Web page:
Very rarely does one come across a film sans comedy or other commercial elements. Here's an exception. With just half a dozen characters and the action largely confined to a bungalow, Kesav Productions' Edhuvum Nadakkum, directed by K. Maheswaran and R. Rozario, is a bold attempt at providing some edge-of-the-seat moments. Naga (Karthik Kumar), a wannabe actor, is the caretaker of a bungalow owned by Ramalingam (Ramalingam). Ramalingam's granddaughter Pooja (Aparna Nair) comes from Singapore to visit her grandfather without informing him. When she arrives, Ramalingam is away and expected to return only the following day. Meanwhile, Naga who whets his appetite for acting by taking part in the local koothu performances, is denied permission to go on stage by the head of the performing group mainly because of his nagging wife Swarna (Suma) — she does not like him acting in plays. What happens when a disappointed Naga comes back home deepens the suspense.
If only the directors had packed the screenplay with interesting incidents, the digital film running for less than 100 minutes would have been engrossing. Also the camera zooming in on the façade of the bungalow and the passing clouds in the sky every now and then is distracting. If it is meant to have a frightening impact on viewers, it only has the opposite effect.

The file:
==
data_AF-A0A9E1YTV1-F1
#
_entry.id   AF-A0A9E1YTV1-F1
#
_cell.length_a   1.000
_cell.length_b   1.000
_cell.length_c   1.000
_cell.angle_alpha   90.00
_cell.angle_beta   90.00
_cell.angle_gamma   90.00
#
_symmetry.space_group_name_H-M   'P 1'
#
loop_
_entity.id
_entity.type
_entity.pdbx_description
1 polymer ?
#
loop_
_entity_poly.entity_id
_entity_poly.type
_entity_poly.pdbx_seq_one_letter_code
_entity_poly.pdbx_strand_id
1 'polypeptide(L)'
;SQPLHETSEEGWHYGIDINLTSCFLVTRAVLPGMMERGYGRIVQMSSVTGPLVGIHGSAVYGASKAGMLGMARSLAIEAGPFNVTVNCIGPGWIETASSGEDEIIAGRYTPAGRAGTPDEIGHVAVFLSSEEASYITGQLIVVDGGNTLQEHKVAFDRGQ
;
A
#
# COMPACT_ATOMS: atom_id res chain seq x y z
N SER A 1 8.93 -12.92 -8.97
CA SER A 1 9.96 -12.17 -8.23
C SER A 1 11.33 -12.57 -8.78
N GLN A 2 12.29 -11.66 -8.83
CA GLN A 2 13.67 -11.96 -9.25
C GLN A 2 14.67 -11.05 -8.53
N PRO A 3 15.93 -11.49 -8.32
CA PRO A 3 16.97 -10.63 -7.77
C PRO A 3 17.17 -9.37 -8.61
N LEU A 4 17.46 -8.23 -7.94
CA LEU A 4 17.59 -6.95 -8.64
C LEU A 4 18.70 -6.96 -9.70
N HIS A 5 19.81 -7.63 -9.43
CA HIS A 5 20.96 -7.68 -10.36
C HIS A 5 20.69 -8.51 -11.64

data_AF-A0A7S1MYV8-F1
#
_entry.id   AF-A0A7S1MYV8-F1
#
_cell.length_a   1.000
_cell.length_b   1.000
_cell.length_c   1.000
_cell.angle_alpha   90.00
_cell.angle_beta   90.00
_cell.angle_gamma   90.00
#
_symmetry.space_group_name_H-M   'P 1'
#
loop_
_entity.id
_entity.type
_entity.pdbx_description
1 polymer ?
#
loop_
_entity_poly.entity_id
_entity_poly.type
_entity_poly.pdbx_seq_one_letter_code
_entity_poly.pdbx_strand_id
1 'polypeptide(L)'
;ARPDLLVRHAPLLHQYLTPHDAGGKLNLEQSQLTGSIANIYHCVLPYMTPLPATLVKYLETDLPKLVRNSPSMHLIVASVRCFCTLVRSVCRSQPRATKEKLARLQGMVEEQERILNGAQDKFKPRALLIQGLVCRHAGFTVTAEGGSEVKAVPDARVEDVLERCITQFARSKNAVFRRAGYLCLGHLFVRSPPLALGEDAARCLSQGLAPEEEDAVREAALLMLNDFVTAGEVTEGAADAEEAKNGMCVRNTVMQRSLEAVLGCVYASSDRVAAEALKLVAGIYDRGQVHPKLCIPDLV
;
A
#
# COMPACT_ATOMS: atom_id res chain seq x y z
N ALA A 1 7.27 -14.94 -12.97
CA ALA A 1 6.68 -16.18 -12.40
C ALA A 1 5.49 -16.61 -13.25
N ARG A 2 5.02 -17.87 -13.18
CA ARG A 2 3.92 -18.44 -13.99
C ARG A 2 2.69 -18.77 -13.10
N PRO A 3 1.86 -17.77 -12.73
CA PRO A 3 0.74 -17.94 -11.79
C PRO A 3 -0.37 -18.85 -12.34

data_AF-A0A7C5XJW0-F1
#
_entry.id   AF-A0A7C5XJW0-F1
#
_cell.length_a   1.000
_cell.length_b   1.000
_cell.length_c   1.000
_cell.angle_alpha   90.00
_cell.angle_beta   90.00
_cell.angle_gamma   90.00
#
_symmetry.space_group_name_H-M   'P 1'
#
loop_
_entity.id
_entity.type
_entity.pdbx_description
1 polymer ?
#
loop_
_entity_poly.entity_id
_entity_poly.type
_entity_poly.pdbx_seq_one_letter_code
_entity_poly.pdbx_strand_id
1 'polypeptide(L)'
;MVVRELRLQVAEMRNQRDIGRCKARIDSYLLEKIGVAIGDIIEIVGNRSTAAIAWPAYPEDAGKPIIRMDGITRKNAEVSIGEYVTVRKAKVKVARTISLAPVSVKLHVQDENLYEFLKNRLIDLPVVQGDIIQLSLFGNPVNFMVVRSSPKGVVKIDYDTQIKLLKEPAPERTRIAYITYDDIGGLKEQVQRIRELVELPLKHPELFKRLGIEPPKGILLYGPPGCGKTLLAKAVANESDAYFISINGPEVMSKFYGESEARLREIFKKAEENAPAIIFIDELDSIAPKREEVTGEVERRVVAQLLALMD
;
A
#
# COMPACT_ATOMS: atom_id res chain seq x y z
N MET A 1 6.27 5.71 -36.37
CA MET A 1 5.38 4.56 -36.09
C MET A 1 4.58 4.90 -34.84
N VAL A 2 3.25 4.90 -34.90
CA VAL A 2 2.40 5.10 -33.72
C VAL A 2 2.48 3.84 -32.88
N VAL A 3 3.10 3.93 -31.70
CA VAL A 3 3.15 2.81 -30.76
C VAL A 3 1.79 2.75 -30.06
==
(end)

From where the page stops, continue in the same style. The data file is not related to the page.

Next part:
Karthik Kumar, an experienced theatre artiste, is good in parts. Aparna Nair emotes well. Ramalingam is apt in the role of the grandfather and the same can be said about ‘Stunt' Murali who comes in the end as a police officer. Though Suma as Naga's wife appears on screen as a corpse for a few seconds, she's heard more on the phone, which creates the necessary impact on viewers.
Cameraman Bernard S. David seems to have followed the directors' instructions. Raj has scored the music which is, at times, loud. The only song in the film, ‘Rajadhi Raja', written by J. Ramesh and sung by Manikkavinayagam, hardly makes an impact. In this type of film, an editor's role is crucial; here Peterbabiya's work leaves much to be desired. The dialogue by K. Maheswaran, who has also written the story and screenplay, passes muster.